COVID-19’s Impact on Rental Housing

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According to a report published on April 8th from the National Multifamily Housing Council (NMHC), about one third of the nation’s apartment residents have not paid their April rent. “The COVID-19 outbreak has resulted in significant health and financial challenges for apartment residents and multifamily owners, operators and employees in communities across the country,” said NMHC President Doug Bibby. “However, it is important to note that a large number of residents met their obligations despite unparalleled circumstances, and we will see that figure increase over the coming weeks.”

Unemployment numbers are escalating to new highs, with 22 million claims since the crisis began, the highest level since 1940. With the majority of our nation’s newly unemployed unable to pay their rent, New York, Governor Andrew Cuomo placed a moratorium on evictions.  This is welcome news to the renter, but doesn’t provide answers for landlords who are responsible for mortgage payments and other expenses, as Cuomo’s moratorium only applies to residential mortgages, not commercial loans secured by property.  Further, it is not a regulation, just guidance.

The Massachusetts Legislature is currently debating a rental housing bill, with a six-person panel developing a final version of the bill, which is due on Governor Baker’s desk by Friday, April 17th.  Rep. David DeCoste, ranking member of the Joint Committee on Housing, indicated that legislators are close to agreeing on the final provisions of the bill.  Current versions provide renters with a lot more rope to delay payments, though Rep. DeCoste believes that for the long term, rent avoidance parameters will be tightened and made clearer.

In a report sent to state legislators by Skip Schloming, executive director of the Small Property Owners Association (SPOA) asserts:

A critical danger lies ahead if any eviction moratorium turns into widespread nonpayment. Evidence already suggests that it is happening. Like the experience of Lawrence after the 1991-92 recession, widespread abandoned housing, and even many torched buildings, could happen across Massachusetts and the country if widespread nonpayment lasts longer than even two or three months.

Schloming adds that “losing rental income from those able to pay not only stops all rental housing maintenance but stops landlords from paying their property taxes. How can cities keep functioning with a very large reduction in their property tax revenues?”  He suggests that to best serve both tenants and landlords, the current bill should include provisions for nonpayment by the truly needy, and partial or full payment by those who can afford it.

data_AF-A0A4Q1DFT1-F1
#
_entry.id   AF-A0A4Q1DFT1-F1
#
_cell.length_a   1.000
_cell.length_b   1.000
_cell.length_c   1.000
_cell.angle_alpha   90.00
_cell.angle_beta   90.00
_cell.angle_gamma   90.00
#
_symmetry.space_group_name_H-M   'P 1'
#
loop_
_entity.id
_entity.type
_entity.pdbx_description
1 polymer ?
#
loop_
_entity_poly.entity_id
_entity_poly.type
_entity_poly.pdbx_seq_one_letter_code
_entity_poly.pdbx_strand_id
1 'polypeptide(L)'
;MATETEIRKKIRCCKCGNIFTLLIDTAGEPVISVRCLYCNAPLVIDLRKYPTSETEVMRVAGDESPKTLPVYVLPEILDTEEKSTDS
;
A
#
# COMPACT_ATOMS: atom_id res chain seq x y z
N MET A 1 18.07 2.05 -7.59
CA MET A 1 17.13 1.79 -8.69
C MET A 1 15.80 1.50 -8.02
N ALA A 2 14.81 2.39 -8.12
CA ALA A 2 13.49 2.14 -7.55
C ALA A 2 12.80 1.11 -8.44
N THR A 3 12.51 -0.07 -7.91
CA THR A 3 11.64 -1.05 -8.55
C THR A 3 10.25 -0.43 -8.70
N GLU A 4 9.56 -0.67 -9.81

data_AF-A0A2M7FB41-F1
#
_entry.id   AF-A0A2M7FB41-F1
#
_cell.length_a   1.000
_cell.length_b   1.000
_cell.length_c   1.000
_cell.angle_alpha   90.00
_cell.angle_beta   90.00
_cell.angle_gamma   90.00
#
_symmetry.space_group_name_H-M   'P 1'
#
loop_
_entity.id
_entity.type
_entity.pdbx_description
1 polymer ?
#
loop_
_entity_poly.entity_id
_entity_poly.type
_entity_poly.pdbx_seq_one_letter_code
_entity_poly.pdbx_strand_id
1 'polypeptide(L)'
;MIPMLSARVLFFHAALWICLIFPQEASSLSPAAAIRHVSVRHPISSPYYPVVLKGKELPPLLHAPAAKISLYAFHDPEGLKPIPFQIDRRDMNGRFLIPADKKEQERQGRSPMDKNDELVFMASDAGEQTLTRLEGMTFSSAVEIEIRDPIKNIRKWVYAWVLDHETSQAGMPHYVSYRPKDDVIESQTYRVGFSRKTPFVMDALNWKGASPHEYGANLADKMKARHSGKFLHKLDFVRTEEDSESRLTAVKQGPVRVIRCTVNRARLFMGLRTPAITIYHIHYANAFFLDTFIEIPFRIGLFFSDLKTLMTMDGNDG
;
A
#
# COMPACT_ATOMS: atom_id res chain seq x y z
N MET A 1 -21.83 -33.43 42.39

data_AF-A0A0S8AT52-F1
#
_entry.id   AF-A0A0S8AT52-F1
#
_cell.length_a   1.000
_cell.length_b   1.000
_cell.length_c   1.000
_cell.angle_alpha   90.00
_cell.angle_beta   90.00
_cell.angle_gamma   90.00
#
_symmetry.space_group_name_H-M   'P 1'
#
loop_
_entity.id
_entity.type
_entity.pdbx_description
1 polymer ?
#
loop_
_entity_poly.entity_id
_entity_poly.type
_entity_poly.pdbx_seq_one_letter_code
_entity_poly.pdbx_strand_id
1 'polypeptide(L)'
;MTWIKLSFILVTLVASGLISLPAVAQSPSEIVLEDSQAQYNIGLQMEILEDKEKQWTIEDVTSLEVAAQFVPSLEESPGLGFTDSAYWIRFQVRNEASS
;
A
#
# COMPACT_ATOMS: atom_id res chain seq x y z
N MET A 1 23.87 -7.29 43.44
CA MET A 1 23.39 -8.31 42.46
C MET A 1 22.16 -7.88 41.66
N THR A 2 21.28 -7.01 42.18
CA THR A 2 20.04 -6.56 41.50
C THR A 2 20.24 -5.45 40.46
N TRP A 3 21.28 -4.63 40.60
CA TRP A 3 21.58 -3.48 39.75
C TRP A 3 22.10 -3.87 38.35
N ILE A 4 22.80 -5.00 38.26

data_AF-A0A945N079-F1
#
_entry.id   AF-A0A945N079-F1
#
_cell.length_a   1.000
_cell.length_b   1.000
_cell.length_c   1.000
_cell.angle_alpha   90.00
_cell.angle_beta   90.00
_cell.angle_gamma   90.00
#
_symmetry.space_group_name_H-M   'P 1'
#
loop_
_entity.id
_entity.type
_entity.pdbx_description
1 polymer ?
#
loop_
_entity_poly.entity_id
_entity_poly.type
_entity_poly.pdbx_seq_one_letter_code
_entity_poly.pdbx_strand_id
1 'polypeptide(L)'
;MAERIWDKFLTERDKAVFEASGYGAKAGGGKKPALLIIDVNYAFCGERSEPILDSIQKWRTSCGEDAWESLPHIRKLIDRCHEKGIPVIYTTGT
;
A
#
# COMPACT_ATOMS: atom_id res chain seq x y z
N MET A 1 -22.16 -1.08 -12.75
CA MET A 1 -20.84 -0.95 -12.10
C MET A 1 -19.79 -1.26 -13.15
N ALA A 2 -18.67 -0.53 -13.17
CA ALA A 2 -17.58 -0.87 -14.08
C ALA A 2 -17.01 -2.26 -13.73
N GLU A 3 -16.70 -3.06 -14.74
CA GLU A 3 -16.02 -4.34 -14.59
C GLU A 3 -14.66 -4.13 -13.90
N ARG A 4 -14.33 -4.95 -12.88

For many landlords, rental income is their only source of income. They are caught between a rock and a hard place, while they await their rent payment, many of their tenants are awaiting unemployment relief.  Nationwide, the majority (22.7 million out of nearly 43.9 million) of occupied rental units  are owned by individual investors, according to data from the 2015 Rental Housing Survey. Half of these units are financed by mortgages. Many real estate owners and their lenders are concerned about a mortgage shortfall as a result of non-payment of rent. Another landlord concern is that with so many tenants at home, their operating costs are rising as they deal with more trash and utility usage.

Whether the tenant has lost his or her job, or the landlord has lost rental income, mortgage foreclosures can lead to a disaster for both landlords and tenants. Only a portion of multifamily loans are federally backed through Freddie Mac and Fannie Mae, which are offering mortgage protection  to help landlords avoid foreclosure as the crisis continues. However, multifamily coverage accounts for only 39 percent of the federally backed loans.

Additional government assistance programs are also currently out of reach to many small property owners.  Under the Coronavirus Aid, Relief, and Stability Act (CARES), most multifamily owners aren’t eligible for paycheck protection loans, since they don’t meet the requirement to dedicate 75 percent of the loan to payroll, which is nearly impossible for small property owners with limited staff.

Perhaps landlords will be able to cover expenses under the additional $250 billion in small business funding that Congress is currently debating how to allocate .  Unfortunately, it may be too late for many who can’t float their expenses.

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